Personally, I think that 35mm looks best in 5x7 enlargements, or 8x10 as an upper limit. I think that photojournalism has had a deleterious effect on the print quality that we are willing to accept--people have gotten used to the look of 35mm enlarged too far. But, having said all that, I have an 8x10 print from a 35mm Ektar negative which could go a little larger.
Charles, when Ektar 25 professional came out, the lab that I worked in was asked by Kodak Australia, to make a same size picture (life size) of a standing model dressed in a striking floral dress.
This was then printed by the dozen, mounted on 10mm foam core and placed in photo outlets around Australia.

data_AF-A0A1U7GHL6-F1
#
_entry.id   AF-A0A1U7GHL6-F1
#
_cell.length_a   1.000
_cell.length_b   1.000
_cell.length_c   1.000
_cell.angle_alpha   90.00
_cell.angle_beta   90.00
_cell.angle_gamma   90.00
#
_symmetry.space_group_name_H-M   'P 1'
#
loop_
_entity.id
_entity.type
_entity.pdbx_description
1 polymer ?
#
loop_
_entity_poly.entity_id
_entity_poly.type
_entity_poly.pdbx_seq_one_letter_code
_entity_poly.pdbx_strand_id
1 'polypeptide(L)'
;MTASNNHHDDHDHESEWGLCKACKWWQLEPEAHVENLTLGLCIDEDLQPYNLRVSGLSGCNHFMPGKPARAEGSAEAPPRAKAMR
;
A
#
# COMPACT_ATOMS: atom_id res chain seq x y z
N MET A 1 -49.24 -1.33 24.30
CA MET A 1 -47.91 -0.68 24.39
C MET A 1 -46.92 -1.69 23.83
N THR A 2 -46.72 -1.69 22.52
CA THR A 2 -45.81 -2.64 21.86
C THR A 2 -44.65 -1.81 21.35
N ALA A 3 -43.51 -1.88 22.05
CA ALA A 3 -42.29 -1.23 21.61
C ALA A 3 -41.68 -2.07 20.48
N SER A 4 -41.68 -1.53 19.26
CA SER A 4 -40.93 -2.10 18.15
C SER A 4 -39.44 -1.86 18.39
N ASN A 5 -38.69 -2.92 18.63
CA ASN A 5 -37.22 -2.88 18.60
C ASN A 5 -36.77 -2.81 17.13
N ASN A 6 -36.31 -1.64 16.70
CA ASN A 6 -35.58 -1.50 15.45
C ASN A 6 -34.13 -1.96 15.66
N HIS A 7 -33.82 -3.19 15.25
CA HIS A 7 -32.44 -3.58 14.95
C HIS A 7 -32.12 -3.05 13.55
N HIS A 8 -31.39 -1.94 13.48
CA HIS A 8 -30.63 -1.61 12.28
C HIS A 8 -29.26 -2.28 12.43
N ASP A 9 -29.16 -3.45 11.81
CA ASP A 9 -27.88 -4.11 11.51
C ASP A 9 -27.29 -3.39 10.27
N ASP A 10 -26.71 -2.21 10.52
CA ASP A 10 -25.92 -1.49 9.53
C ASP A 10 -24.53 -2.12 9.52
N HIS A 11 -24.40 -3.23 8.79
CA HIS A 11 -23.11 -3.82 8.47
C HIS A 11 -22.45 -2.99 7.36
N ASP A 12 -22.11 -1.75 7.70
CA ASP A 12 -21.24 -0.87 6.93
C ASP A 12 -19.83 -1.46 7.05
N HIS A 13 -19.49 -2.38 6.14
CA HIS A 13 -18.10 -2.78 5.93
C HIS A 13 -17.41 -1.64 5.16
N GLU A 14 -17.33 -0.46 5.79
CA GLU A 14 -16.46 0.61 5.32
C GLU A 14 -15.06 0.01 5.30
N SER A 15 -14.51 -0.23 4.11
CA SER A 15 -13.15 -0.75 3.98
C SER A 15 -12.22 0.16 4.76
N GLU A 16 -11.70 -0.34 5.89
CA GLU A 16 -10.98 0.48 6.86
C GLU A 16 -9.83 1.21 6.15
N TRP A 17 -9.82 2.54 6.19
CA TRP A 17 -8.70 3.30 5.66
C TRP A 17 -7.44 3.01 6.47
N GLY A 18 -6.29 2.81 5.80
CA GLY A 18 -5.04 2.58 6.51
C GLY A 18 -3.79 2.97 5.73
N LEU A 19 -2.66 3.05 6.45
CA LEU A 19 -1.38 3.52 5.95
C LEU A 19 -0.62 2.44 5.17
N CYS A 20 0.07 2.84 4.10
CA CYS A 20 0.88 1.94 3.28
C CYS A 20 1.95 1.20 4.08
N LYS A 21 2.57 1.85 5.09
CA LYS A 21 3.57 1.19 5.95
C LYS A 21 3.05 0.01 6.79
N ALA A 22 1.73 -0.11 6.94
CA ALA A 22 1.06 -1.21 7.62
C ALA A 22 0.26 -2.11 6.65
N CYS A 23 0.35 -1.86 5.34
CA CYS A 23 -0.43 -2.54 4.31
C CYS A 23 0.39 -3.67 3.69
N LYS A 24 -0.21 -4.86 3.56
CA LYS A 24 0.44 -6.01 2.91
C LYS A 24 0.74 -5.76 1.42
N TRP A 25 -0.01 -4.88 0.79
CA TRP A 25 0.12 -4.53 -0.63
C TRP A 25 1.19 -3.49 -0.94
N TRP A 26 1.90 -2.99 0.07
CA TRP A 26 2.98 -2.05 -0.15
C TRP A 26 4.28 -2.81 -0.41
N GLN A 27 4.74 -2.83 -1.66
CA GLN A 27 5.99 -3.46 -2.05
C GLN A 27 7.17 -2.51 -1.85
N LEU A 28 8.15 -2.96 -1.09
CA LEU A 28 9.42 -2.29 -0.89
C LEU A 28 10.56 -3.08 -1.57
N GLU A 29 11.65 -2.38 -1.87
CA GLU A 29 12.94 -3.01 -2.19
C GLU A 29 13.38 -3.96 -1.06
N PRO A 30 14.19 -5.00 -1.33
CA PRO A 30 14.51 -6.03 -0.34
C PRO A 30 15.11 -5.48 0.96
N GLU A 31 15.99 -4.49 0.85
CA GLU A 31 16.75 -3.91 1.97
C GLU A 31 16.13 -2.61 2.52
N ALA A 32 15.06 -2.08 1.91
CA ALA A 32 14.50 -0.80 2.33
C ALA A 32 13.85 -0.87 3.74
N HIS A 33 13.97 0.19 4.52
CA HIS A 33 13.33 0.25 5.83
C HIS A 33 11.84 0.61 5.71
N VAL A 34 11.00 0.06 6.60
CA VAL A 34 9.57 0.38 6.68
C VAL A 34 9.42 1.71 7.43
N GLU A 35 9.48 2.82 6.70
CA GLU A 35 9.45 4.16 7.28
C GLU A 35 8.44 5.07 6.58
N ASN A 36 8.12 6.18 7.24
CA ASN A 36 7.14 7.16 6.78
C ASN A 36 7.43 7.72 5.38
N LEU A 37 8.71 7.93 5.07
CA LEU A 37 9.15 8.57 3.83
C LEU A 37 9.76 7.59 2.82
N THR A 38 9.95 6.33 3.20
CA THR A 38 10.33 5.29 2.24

I know this because I printed some of them using a 10"x10" horizontal mural enlarger with a 135 film negative original, held between glass for optimum results.
You had to see the lack of grain and the tightness of colour to believe just how good this film was.
That film was a revelation, although I believe it was a monster of a headache in manufacturing in whichever Kodak plant made it.
I believe it was pretty much on a par with B&W Tech Pan, also a 25 ASA film.
On a personal level, I standardised my colour work around Ektar 25 professional for quite a few years. An absolutely outstanding film!
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There are practical limits with projection printing using the common 50mm lenses available. These limits have to due with the very small effective aperture that results from huge enlargements.